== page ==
Samuel Beckett’s masterpiece, Waiting for Godot, made its U.S. premiere at the Coconut Grove Playhouse in 1956.
Nearly 60 years later, a revival of sorts seems to be taking place in Coral Gables. The play has been modified and modernized — and lengthened. The title has been changed to Waiting for the NCAA. The setting has been changed from a country road, next to a tree, to the University of Miami campus, next to a football goalpost. UM president Donna Shalala takes the role of Vladimir and coach Al Golden is Estragon.
But many of the elements of Beckett’s tragicomedy in two acts remain the same. UM is playing a waiting game with the elusive NCAA.
In fact, the opening lines apply nicely to Shalala and Golden’s state of limbo:
Never miss a local story.
Golden, sitting on a low mound, is trying to take off his boot. He pulls at it with both hands, panting. He gives up, exhausted, rests, tries again. As before. Enter Shalala.
Golden: Nothing to be done.
Shalala: I’m beginning to come around to that opinion. All my life I’ve tried to put it from me, saying Shalala, be reasonable, you haven’t yet tried everything. And I resumed the struggle.
The struggle, in UM’s case, has been going on for 2 1/2 years, ever since the NCAA began investigating the largesse of Nevin Shapiro, the very definition of jock-sniffing booster. Shapiro apparently conned the university, which considered him a legit donor, the same way he conned clients into investing in his $930 million Ponzi scheme. He entertained athletes on his yacht and at strip clubs and aspired to be a jet-set sports agent. Shapiro is now in prison and UM is paying for its association with him.
But exactly how much the football and basketball programs will be penalized and when is unknown.
Will Godot ever show, and if he does, what will he say or do?
An absurdist parable, then and now.
It has been 11 years since Shapiro first gave his gifts and two years since UM suspended players implicated as recipients of Shapiro’s “extra benefits.” It has been 20 months since UM self-imposed its first bowl ban (albeit after a 6-6 season) and nine months since UM sacrificed the Atlantic Coast Conference title game.
It has been one year since the NCAA realized its own investigators had engaged in unethical conduct with Shapiro’s lawyer, and certain findings had to be discarded, thus delaying the process by six months.
It has been seven months since the investigation concluded.
Estragon: I’m tired! Let’s go.
Vladimir: We can’t.
Estragon: Why not?
Vladimir: We’re waiting for Godot.
Estragon: Ah! What’ll we do, what’ll we do!
Vladimir: There’s nothing we can do.
Estragon: But I can’t go on like this.
Vladimir: Would you like a radish?
Estragon: Is that all there is?
We’re all awaiting our fate, one way or another. That is the existential struggle.
Waiting in vain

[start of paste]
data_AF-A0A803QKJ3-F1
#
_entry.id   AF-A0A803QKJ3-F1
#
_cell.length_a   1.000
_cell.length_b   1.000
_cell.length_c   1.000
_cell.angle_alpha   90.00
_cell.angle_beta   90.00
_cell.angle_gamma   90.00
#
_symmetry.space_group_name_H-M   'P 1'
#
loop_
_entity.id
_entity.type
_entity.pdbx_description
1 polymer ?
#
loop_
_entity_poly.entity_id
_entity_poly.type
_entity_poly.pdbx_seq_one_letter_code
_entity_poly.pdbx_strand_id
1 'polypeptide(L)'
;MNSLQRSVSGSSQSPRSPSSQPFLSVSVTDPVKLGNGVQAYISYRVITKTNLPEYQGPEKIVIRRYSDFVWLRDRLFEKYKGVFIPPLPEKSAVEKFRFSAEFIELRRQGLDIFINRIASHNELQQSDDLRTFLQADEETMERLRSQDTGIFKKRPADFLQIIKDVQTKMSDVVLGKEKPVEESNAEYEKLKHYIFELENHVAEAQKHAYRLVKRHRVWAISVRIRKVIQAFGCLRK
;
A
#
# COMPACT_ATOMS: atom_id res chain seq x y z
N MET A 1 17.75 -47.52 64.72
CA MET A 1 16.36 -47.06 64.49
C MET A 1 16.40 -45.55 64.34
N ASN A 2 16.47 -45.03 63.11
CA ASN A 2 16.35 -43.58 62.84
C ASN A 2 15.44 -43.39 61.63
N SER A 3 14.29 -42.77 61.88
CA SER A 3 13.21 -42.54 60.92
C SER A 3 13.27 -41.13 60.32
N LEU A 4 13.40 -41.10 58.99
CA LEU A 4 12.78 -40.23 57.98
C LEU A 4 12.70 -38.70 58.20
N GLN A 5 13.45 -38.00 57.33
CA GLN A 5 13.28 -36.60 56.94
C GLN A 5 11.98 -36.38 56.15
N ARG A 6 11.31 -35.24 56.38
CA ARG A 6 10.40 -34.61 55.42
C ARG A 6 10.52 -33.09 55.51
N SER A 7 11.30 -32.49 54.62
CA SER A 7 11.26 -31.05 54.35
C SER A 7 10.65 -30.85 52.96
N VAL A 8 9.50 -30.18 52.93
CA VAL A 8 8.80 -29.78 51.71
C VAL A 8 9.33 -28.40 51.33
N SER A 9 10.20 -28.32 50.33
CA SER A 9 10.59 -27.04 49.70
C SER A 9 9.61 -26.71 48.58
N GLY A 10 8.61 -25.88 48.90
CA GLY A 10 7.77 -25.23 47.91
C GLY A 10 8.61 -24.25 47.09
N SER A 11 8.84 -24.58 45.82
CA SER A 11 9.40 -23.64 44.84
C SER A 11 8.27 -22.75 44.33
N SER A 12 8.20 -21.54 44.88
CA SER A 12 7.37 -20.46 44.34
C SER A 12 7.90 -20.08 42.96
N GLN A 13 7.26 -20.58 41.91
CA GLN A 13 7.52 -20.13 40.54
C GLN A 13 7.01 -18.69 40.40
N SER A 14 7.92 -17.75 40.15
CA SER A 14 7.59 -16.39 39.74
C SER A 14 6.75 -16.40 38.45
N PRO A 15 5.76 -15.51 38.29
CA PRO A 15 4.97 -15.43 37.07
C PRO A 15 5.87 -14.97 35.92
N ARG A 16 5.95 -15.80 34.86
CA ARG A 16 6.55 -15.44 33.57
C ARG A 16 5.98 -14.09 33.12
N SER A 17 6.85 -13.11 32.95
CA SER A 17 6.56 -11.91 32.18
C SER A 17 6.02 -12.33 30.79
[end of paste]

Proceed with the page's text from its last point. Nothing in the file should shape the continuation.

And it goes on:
It has been 12 weeks since UM’s hearing in Indianapolis with the eight-person Committee on Infractions and still no verdict or sentence even though the NCAA said it would take six to eight weeks for a resolution. Golden expected the infractions report before practice began Aug. 6, or surely before the season opener Aug. 30.
Nothing yet. Maybe tomorrow? Is time crawling or sprinting? Or circling?
Vladimir (contemplating the tree): But yesterday evening it was all black and bare. And now it’s covered with leaves.
Vladimir: In a single night.
Estragon: It must be the Spring.
Vladimir: But in a single night!
Estragon: I tell you we weren’t here yesterday. Another of your nightmares.
Vladimir: And where were we yesterday evening according to you?
Estragon: How would I know? In another compartment. There’s no lack of void.
Other schools have played this game with the NCAA. The University of North Carolina waited 41/2 agonizing months between hearing and report. Not even the U.S. Supreme Court deliberates that long.
“I have great empathy for the people at Miami because you just want to know, you just want to move forward,” said Steve Kirschner, UNC’s director of athletic communications. “We were careful to tell our constituents that there is no timeline. And now, three years after our case opened, we’re still dealing with the fallout.”
Vladimir: This is awful!
Estragon: Sing something.
Vladimir: No no! We could start all over again perhaps.
The NCAA, like Godot, is a contradictory puzzle of a character in the drama, an invisible force. It takes a person such as Jo Potuto, who has served on infraction committees, to shed light on the wait. She points out that members are scattered around the country, have fulltime jobs and take their NCAA responsibilities very seriously.
“It’s understandable the school living through this wants to get it over with,” said Potuto, a Nebraska law professor. “But the devil is in the details. There’s a ton of information to weigh and put in context. Drafts will circulate, and they have to go through the language line by line and talk it through before signing their names. It’s really a consequence of being thorough and careful and fair.”
Estragon can’t blame his boots for the faults of his feet. Yet the waiting hurts. Like Beckett’s protagonists, Shalala and Golden stand by the goalpost seeking an answer. Or at least an ending.
Shalala as Vladimir: Well? Shall we go?
Golden as Estragon: Yes, let’s go.
(They do not move).